How To Cope With Boxwood Blight: An Expert Weighs In

It’s not every day you get to discuss your problems with an international expert. But Lynn Batdorf is the real deal. Batdorf is the world’s top resource on everything boxwood, including all of the diseases and pests that affect this diverse species. Recently he spoke to me about how to deal with the latest threat to our gardens, the dreaded boxwood blight. Continue reading

Why Star Magnolia Deserves A Spot In Your Garden

Magnolia stellata, commonly known as Star Magnolia

First introduced from Japan in the 1860s, star magnolia has long been a resident of the American garden. One of the smallest magnolias, it produces a cloud of showy white or pink flowers in early spring. The blossoms appear before the leaves, dangling like fallen stars on the tree’s smooth, bare branches. It’s enough to leave you speechless. Continue reading

The Best Hellebore Varieties For Your Winter/Spring Garden

February can be a bleak time on the East Coast. Days are short and the sky hangs low on the horizon. But there’s a small-sized perennial whose early, colorful blooms never fail to lift my mood. It’s the lovely, cup-shaped flower called hellebore, commonly known as the Lenten Rose. Continue reading

Change Up Your Menu With These Six Exotic Fruits

Lots of exotic fruits have been turning up in American produce aisles lately. Colorful and peculiar, they have odd shapes, strange features like fuzzy hair and curious tastes like cucumber melon. Continue reading

Clear the Air With These 10 No-Fuss Houseplants

Peace lilies can help clear the air of harmful toxins

According to the Environmental Protection Agency (EPA), Americans on average spend 90 percent of their time indoors. And indoor environments can be poor, trapping dangerous chemical toxins as well as bacteria, pollens and mold. Continue reading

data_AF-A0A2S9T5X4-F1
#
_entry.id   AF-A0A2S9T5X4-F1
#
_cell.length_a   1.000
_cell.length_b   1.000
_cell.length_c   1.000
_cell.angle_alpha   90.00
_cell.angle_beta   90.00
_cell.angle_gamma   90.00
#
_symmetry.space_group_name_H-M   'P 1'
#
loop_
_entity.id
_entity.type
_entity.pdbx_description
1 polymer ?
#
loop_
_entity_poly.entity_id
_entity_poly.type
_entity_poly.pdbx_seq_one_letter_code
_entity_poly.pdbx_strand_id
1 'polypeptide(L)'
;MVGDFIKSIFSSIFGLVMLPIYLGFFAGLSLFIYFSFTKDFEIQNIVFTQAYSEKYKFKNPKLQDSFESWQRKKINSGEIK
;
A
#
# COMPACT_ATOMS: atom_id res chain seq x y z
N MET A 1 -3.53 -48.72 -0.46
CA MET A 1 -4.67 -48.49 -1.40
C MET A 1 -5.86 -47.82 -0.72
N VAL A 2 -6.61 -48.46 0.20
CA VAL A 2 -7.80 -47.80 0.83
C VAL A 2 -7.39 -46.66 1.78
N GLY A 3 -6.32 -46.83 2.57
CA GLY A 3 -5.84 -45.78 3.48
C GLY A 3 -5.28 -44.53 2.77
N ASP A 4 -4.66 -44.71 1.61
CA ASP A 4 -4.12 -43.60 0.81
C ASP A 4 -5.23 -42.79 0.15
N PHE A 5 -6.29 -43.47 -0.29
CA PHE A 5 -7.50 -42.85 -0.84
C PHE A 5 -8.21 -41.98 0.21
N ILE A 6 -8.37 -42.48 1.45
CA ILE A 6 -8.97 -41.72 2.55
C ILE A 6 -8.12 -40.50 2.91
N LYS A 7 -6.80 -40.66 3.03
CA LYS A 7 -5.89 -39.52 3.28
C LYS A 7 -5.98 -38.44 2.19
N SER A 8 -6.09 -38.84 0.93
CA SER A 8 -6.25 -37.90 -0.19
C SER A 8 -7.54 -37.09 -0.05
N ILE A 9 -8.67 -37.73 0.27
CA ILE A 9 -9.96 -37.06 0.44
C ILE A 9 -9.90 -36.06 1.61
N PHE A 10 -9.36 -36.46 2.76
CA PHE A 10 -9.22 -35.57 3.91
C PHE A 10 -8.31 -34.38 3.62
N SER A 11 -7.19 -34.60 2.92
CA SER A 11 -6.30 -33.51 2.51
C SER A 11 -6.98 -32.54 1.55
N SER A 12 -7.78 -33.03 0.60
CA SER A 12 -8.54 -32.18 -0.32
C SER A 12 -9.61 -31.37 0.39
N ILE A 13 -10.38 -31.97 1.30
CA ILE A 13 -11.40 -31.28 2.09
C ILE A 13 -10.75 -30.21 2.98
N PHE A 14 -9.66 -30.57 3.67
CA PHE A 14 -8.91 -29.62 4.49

New Hybrids Promise To Rock Your Poinsettia World

img_2386-1

New hybrids are changing the poinsettia world

December 12 is National Poinsettia Day. That is to say, the day set aside to honor a plant that has become synonymous with the holiday season. And while not everyone’s a fan, it’s hard not to marvel at the species’ growing popularity. Continue reading

Mistletoe: The Poisonous Plant We Love To Hang At Christmas

European or Common mistletoe, Viscum album

This season many of us will be hanging mistletoe as part of a long-standing tradition. And while kissing under its evergreen branches is a holiday ritual, the plant doesn’t necessarily have our best interests in mind. Why?  Because mistletoe contains a Christmas cocktail of toxins that can be harmful to human and pet health. I’d advise keeping it out of reach if it’s going to be part of your seasonal decorations. Continue reading

Daffodil Dreaming: Top Varieties To Plant Before Winter

Yesterday I planted the last of my daffodils for the season. As I dropped the bulbs into their egg-shaped holes, I could already envision their bright yellow cups emerging like trumpets come spring. Which got me thinking: what is it about daffodils that make us so happy? And how many varieties are there? I set out to find the answer. Continue reading

Great Pumpkin! It’s A Fruit, Not A Vegetable

Pumpkin is a fruit, not a vegetable

For those of you who thought pumpkin was a vegetable, think again. It’s a fruit. For me, that changes everything when it comes to baking pies for Thanksgiving. Continue reading

The Curious Story Of White and Black Pepper (Piper Nigrum)

The dried fruits and white seeds of black pepper, Piper nigrum

I’ve been a fan of black pepper since early childhood when my mom would sprinkle my morning eggs with the aromatic spice. Later I grew to love the coarser varieties. Ground at the table, the dried fruits tumbled onto my salad leaves, invigorating my meals with their gritty flavor. White pepper came later. A key ingredient in many Swedish dishes, it enlivened all of our family smorgasbords. Continue reading